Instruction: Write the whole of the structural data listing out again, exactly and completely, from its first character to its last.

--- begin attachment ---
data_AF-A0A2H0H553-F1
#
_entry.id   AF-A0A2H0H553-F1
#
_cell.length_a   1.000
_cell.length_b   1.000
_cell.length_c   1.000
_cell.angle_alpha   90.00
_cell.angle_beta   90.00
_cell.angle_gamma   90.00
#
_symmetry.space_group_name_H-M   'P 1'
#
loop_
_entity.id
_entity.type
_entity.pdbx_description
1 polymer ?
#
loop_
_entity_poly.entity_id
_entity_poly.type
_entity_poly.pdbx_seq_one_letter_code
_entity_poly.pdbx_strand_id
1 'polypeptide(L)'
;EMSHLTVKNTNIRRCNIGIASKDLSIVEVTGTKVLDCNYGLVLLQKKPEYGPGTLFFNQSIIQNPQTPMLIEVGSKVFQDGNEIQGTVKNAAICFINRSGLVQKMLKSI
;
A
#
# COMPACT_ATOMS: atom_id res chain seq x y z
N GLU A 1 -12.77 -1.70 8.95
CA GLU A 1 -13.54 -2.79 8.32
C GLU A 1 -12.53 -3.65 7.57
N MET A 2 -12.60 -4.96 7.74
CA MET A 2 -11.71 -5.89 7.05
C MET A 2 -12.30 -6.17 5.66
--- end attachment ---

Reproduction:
data_AF-A0A2H0H553-F1
#
_entry.id   AF-A0A2H0H553-F1
#
_cell.length_a   1.000
_cell.length_b   1.000
_cell.length_c   1.000
_cell.angle_alpha   90.00
_cell.angle_beta   90.00
_cell.angle_gamma   90.00
#
_symmetry.space_group_name_H-M   'P 1'
#
loop_
_entity.id
_entity.type
_entity.pdbx_description
1 polymer ?
#
loop_
_entity_poly.entity_id
_entity_poly.type
_entity_poly.pdbx_seq_one_letter_code
_entity_poly.pdbx_strand_id
1 'polypeptide(L)'
;EMSHLTVKNTNIRRCNIGIASKDLSIVEVTGTKVLDCNYGLVLLQKKPEYGPGTLFFNQSIIQNPQTPMLIEVGSKVFQDGNEIQGTVKNAAICFINRSGLVQKMLKSI
;
A
#
# COMPACT_ATOMS: atom_id res chain seq x y z
N GLU A 1 -12.77 -1.70 8.95
CA GLU A 1 -13.54 -2.79 8.32
C GLU A 1 -12.53 -3.65 7.57
N MET A 2 -12.60 -4.96 7.74
CA MET A 2 -11.71 -5.89 7.05
C MET A 2 -12.30 -6.17 5.66